Royal Dutch Shell said it is examining plans with Gazprom to expand Sakhalin projects beyond their liquefied natural gas venture in the Far East.

Russian Eco-Regulator Quits to Lead Green Movement

Mr. Mitvol, 42 years old, sprang to global prominence in 2006 when he accused Royal Dutch Shell of a string of environmental failings at its giant Sakhalin II oil and gas project in Russia's Far East. Under pressure from Mr. Mitvol and other Russian officials, Shell, which had a 55% stake in the project, sold control to state-controlled OAO Gazprom. Shell now owns a 27.5% stake in the project.

Russian ecology official quits to run green group

Mitvol, deputy head of environment watchdog RosPrirodNadzor, led a 2006 attack on the Sakhalin-2 energy project that ended only after Royal Dutch Shell (RDSa.L) ceded control of the project to state-controlled gas giant Gazprom (GAZP.MM)

Crude Price Slump May Help Shell Gain Access to More Reserves

“Oil prices are lower, and may continue to stay low for a period, and that will ease access to reserves,” Shell Chief Executive Officer Jeroen van der Veer told Bloomberg News in an interview in London on March 4. “It is not happening now, but it will happen.”

WWF says whales leaving Sakhalin waters due to oil, gas projects

Oil and natural gas development off the coast of Sakhalin Island in Russia's Far East could have forced endangered whales to leave their habitat in the area, a local WWF spokesperson said on Thursday.

DALY: Russia eyes Asia as gas customer

In yet another example of Kremlin energy politics that so unsettle Western investors, in late 2006 Gazprom wrested control of the huge oil and gas field from Shell after it was accused of breaking environmental laws. Gazprom then became the majority owner.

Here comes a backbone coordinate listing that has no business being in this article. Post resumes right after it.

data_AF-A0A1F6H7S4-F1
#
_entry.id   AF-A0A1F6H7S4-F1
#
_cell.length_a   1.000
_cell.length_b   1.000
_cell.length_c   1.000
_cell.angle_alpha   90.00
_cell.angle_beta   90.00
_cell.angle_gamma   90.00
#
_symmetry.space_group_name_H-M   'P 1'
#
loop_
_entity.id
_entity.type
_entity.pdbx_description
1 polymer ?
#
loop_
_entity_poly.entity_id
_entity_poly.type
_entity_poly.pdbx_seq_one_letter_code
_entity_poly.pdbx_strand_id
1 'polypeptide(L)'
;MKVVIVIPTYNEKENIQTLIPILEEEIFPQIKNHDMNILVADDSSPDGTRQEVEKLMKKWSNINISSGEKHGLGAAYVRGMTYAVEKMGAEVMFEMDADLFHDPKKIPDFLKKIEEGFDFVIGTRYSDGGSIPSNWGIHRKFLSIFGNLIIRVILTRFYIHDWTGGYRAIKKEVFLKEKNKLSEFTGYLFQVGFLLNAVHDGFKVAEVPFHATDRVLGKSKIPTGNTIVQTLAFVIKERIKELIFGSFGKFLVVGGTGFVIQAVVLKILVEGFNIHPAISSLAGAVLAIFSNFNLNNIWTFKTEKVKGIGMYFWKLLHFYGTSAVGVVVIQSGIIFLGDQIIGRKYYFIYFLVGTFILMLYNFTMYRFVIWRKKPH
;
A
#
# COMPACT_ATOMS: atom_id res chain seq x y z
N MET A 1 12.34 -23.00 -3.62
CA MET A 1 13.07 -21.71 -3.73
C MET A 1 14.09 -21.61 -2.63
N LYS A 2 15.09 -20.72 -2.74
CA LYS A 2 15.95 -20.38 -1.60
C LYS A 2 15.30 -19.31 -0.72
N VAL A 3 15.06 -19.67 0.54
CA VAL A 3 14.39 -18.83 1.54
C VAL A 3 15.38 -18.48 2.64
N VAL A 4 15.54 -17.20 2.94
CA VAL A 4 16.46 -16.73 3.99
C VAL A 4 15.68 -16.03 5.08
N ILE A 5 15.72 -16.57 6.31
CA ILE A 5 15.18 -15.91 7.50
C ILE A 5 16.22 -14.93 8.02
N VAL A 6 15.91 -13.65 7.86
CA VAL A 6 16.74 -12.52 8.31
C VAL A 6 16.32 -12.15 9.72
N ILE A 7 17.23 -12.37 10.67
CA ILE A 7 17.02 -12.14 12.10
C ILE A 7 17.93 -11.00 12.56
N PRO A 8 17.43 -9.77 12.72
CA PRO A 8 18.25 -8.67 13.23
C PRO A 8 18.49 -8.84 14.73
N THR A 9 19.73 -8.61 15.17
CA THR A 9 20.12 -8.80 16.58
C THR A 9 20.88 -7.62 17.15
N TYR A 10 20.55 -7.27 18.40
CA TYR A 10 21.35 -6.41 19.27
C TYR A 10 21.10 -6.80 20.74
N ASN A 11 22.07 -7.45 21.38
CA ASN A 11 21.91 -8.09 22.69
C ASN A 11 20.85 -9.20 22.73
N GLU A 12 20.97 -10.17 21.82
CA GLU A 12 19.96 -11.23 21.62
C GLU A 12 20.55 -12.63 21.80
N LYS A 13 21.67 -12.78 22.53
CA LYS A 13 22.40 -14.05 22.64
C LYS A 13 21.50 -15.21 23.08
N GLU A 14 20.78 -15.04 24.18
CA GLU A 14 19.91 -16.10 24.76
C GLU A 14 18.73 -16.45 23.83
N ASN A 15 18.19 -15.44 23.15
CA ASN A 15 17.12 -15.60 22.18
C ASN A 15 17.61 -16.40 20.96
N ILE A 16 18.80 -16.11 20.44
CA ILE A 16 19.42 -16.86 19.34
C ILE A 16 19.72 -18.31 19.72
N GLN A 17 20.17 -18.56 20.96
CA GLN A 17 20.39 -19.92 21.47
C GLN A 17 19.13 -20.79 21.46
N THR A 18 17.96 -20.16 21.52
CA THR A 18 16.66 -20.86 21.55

Sakhalin Energy to export about 50 LNG lots in ’09

Gazprom bought control of the $22 billion Sakhalin-2 project after a prolonged crisis that forced Royal Dutch Shell (RDSa.L), the project's former leader, and its partners to reduce their holdings. Analysts had expected the battle would lead to delays. Shell is now a minority shareholder, along with Japan's Mitsubishi (8058.T) and Mitsui (8031.T).

Statement by Sakhalin Energy: Russian President Medvedev inaugurates the first LNG plant in Russia

Yuzhno-Sakhalinsk, 18 February 2009: President Dmitry Medvedev today opened Russia's first liquefied natural gas (LNG) plant built by Sakhalin Energy Investment Company Limited (Sakhalin Energy).

Gazprom to Open First LNG Plant

Gazprom bought control of the $22 billion project after a prolonged crisis that forced Royal Dutch Shell, the project's former leader, and its partners to reduce their holdings. Analysts had expected that the battle would lead to delays. Shell is now a minority shareholder along with Japan's Mitsubishi and Mitsui.